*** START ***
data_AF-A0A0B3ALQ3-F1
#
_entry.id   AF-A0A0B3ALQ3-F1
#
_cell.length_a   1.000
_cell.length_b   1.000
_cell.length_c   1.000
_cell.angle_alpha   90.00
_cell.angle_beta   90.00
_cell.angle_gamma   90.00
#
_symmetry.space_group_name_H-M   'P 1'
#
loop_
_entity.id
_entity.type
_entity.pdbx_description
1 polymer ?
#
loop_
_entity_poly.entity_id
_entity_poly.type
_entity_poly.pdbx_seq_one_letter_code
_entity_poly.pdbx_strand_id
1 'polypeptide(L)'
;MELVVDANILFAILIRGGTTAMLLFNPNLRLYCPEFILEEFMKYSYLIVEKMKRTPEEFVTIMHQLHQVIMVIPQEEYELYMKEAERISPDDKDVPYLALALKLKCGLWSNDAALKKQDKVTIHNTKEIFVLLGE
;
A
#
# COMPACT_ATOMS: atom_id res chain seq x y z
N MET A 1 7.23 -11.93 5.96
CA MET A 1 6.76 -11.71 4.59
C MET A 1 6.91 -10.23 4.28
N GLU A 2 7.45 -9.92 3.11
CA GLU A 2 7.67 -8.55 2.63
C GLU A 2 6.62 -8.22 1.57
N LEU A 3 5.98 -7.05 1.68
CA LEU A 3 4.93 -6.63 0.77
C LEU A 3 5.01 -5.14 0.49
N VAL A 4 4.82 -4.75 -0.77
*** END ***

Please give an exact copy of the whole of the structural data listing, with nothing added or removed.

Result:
data_AF-A0A0B3ALQ3-F1
#
_entry.id   AF-A0A0B3ALQ3-F1
#
_cell.length_a   1.000
_cell.length_b   1.000
_cell.length_c   1.000
_cell.angle_alpha   90.00
_cell.angle_beta   90.00
_cell.angle_gamma   90.00
#
_symmetry.space_group_name_H-M   'P 1'
#
loop_
_entity.id
_entity.type
_entity.pdbx_description
1 polymer ?
#
loop_
_entity_poly.entity_id
_entity_poly.type
_entity_poly.pdbx_seq_one_letter_code
_entity_poly.pdbx_strand_id
1 'polypeptide(L)'
;MELVVDANILFAILIRGGTTAMLLFNPNLRLYCPEFILEEFMKYSYLIVEKMKRTPEEFVTIMHQLHQVIMVIPQEEYELYMKEAERISPDDKDVPYLALALKLKCGLWSNDAALKKQDKVTIHNTKEIFVLLGE
;
A
#
# COMPACT_ATOMS: atom_id res chain seq x y z
N MET A 1 7.23 -11.93 5.96
CA MET A 1 6.76 -11.71 4.59
C MET A 1 6.91 -10.23 4.28
N GLU A 2 7.45 -9.92 3.11
CA GLU A 2 7.67 -8.55 2.63
C GLU A 2 6.62 -8.22 1.57
N LEU A 3 5.98 -7.05 1.68
CA LEU A 3 4.93 -6.63 0.77
C LEU A 3 5.01 -5.14 0.49
N VAL A 4 4.82 -4.75 -0.77